History won't be made this Friday after NASA announced to cancel the much-anticipated all-female spacewalk due in part to spacesuit availability, according to their statement.
Astronauts Christina Koch and Anne McClain were scheduled to set the record of first women-cast debut in space on March 29, responsible for battery replacement outside the International Space Station (ISS).
But NASA said they are going to adjust the assignment personnel because there is only one suitable spacesuit available for two women.
During the first spacewalk with Nick Hague conducted on March 22, Anne learned a medium-size hard upper torso— essentially the shirt of the spacesuit — fit her best, but that one will go to Koch on Friday, the agency said.
NASA has replaced Anne with Nick Hage to conduct their second mission on Friday, during which they will continue to install powerful lithium-ion batteries for one pair of the station's solar arrays, almost identical to the first mission.
The postponed spacewalk has caused a stir on Twitter. People are skeptical about the "clothing-excuse" given by NASA.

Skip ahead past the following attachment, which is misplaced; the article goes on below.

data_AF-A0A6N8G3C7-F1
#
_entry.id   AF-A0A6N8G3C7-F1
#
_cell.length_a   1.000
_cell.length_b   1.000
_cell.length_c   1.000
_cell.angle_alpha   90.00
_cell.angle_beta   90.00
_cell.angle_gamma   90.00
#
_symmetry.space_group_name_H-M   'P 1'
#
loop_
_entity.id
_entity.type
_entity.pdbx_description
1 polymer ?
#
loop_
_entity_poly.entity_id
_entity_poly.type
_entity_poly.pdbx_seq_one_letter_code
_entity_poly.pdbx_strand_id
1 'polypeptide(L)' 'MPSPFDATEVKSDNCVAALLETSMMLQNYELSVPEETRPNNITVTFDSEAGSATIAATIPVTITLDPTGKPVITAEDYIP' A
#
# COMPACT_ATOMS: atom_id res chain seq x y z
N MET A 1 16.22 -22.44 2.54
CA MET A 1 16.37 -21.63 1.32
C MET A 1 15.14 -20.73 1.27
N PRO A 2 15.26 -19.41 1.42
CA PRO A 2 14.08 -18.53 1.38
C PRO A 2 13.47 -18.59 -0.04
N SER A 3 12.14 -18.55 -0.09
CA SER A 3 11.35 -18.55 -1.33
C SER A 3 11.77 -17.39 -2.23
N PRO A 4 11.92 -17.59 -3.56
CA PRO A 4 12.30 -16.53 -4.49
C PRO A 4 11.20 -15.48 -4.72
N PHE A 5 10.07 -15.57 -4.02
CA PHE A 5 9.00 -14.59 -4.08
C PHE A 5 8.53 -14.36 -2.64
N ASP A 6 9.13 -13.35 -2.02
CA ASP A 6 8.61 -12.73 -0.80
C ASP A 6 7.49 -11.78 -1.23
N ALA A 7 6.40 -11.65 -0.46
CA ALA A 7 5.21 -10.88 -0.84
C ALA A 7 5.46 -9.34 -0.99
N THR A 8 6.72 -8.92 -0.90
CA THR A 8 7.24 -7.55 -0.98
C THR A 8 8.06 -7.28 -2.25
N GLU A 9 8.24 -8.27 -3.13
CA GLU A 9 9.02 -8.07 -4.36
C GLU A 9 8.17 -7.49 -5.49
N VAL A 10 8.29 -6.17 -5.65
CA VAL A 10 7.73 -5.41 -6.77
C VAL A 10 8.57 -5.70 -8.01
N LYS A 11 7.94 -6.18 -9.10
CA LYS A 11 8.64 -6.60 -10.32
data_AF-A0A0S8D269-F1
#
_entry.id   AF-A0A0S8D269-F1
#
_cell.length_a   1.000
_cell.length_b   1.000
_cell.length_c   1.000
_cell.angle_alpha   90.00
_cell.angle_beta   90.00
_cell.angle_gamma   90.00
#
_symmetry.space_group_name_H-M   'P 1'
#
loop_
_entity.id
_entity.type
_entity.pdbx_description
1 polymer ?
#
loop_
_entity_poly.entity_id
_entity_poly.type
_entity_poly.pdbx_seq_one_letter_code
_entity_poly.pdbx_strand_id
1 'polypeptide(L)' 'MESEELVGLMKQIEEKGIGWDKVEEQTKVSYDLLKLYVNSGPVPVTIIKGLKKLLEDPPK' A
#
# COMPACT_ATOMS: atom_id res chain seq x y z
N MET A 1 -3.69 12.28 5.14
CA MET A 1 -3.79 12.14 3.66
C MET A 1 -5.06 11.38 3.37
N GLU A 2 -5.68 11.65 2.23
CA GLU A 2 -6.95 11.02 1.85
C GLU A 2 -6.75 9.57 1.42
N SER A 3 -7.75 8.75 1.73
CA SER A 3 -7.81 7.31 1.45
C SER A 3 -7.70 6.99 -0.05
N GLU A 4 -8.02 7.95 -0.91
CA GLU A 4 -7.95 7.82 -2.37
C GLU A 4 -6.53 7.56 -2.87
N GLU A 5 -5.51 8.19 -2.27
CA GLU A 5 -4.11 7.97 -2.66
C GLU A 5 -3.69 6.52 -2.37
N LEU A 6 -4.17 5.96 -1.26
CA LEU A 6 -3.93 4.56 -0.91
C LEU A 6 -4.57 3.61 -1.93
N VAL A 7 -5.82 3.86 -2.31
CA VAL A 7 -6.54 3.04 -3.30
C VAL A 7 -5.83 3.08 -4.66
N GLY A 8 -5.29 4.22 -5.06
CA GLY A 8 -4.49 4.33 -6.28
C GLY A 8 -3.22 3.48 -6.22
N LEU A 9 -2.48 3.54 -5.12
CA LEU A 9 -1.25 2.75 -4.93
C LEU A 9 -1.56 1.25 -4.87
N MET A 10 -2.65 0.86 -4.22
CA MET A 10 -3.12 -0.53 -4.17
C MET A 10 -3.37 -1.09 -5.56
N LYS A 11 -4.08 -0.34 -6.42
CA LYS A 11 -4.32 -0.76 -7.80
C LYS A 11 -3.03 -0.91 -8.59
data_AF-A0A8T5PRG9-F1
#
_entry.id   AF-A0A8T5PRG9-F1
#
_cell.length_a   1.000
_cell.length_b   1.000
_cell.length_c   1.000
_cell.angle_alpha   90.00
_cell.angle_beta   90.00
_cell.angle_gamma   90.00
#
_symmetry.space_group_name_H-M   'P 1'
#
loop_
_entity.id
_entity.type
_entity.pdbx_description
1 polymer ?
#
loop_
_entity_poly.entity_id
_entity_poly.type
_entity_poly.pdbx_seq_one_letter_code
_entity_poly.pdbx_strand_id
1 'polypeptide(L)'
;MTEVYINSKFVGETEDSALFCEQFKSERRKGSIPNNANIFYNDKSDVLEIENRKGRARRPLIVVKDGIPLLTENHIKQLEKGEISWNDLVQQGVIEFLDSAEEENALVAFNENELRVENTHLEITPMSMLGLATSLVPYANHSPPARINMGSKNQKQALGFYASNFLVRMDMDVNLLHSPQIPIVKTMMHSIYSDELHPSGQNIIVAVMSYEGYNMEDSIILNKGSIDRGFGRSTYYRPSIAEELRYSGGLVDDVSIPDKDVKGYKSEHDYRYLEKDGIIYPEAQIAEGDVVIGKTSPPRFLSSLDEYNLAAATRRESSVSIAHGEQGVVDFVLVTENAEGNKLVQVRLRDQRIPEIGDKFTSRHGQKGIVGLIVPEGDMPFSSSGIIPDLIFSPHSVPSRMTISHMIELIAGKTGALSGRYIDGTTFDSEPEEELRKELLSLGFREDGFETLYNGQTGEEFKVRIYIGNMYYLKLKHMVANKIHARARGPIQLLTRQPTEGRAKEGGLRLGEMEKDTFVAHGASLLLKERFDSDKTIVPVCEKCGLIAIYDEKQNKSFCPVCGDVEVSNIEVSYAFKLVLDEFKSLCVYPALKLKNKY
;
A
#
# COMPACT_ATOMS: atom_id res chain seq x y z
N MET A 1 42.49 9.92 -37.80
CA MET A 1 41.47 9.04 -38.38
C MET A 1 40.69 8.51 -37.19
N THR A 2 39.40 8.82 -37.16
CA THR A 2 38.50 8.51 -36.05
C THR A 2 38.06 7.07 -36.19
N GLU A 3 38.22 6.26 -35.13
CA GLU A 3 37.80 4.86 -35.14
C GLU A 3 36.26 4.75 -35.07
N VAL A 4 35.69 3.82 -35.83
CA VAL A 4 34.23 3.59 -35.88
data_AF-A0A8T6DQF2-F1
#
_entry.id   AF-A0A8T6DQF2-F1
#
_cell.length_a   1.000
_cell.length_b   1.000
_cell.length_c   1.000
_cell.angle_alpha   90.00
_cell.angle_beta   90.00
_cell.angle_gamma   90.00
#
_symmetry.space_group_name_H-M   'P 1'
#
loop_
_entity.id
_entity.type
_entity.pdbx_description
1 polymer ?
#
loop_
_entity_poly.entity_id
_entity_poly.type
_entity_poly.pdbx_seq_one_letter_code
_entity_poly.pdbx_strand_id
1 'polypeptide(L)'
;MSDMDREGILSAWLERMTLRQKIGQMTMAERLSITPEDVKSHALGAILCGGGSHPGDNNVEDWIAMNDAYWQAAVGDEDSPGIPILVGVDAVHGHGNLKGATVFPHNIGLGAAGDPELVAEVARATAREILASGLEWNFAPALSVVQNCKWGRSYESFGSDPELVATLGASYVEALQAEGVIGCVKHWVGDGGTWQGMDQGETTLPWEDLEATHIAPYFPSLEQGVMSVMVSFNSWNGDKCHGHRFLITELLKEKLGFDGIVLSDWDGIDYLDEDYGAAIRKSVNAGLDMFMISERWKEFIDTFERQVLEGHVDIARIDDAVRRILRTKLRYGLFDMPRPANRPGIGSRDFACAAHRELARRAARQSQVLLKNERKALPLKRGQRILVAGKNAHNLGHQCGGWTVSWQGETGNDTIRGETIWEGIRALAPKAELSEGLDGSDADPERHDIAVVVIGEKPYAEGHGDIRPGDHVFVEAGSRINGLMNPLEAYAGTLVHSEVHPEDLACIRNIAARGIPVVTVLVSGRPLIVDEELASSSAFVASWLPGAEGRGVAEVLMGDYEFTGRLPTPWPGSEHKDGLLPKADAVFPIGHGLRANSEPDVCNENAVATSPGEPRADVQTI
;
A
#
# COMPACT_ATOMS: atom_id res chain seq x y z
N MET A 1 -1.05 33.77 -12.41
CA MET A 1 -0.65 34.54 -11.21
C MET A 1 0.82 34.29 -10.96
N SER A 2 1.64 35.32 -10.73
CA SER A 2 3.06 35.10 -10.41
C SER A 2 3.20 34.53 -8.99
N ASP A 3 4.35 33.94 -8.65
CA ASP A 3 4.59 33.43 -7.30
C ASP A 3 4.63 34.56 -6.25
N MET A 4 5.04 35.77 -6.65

In response, Brandi Dean, spokeswoman of the Johnson Space Center in Houston, told AFP, "we do our best to anticipate the spacesuit sizes that each astronaut will need, based on the spacesuit size they wore in training on the ground, and in some cases astronauts train in multiple sizes."
She then explained that people's figure may change when in orbit to counter the changes living in microgravity can bring about in a body.
"In addition, no one training environment can fully simulate performing a spacewalk in microgravity, and an individual may find that their sizing preferences change in space," she added.
The spacesuits are not as a simple task as what we think. Experts say they are the assemblies of several parts put together as best adapted to each astronaut's body.
Since 1988, 214 spacewalks have been conducted in the space station, all of them are either wholly male or mixed.